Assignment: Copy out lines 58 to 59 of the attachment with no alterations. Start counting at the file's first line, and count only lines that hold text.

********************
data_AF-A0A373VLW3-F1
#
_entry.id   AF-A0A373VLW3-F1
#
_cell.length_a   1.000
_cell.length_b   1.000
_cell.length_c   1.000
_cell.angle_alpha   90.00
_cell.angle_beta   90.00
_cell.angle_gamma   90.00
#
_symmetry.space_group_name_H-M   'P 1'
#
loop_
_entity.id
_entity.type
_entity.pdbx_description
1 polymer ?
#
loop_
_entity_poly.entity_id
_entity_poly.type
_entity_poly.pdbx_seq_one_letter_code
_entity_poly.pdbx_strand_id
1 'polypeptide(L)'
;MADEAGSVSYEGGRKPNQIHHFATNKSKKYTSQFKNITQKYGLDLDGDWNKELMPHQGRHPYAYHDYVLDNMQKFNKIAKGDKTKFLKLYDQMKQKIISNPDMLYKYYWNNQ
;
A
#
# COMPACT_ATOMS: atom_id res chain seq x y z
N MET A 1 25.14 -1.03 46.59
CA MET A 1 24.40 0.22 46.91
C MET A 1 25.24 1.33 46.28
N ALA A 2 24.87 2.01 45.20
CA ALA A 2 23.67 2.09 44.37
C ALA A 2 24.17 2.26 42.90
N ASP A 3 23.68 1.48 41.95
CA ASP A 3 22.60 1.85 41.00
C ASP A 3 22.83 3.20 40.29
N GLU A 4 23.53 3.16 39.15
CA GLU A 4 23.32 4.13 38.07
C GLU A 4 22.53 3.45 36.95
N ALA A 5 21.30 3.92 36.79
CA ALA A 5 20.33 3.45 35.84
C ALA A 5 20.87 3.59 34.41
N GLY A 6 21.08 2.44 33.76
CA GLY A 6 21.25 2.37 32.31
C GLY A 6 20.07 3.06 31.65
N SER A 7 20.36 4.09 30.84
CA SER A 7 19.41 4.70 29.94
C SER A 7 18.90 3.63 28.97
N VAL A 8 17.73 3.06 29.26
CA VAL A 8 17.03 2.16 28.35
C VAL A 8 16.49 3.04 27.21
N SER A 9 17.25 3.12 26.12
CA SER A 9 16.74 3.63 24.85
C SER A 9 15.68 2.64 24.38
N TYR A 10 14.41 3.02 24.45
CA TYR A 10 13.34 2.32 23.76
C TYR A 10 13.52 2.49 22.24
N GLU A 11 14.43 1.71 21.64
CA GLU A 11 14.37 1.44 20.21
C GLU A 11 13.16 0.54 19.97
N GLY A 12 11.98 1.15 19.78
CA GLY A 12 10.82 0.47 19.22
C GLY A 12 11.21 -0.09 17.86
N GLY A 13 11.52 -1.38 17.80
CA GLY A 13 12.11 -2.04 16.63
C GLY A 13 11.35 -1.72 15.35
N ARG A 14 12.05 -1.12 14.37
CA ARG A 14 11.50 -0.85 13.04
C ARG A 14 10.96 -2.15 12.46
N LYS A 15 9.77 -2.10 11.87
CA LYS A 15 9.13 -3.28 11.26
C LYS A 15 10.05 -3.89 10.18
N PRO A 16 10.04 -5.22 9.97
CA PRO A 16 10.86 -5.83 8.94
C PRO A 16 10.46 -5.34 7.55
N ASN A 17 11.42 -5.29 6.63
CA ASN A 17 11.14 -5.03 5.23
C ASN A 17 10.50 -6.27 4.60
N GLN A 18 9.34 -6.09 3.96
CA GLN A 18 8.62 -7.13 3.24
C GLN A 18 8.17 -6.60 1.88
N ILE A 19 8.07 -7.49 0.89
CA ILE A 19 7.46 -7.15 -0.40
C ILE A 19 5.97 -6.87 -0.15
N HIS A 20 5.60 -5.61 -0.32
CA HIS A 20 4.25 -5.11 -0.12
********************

N TYR A 10 14.41 3.02 24.45
CA TYR A 10 13.34 2.32 23.76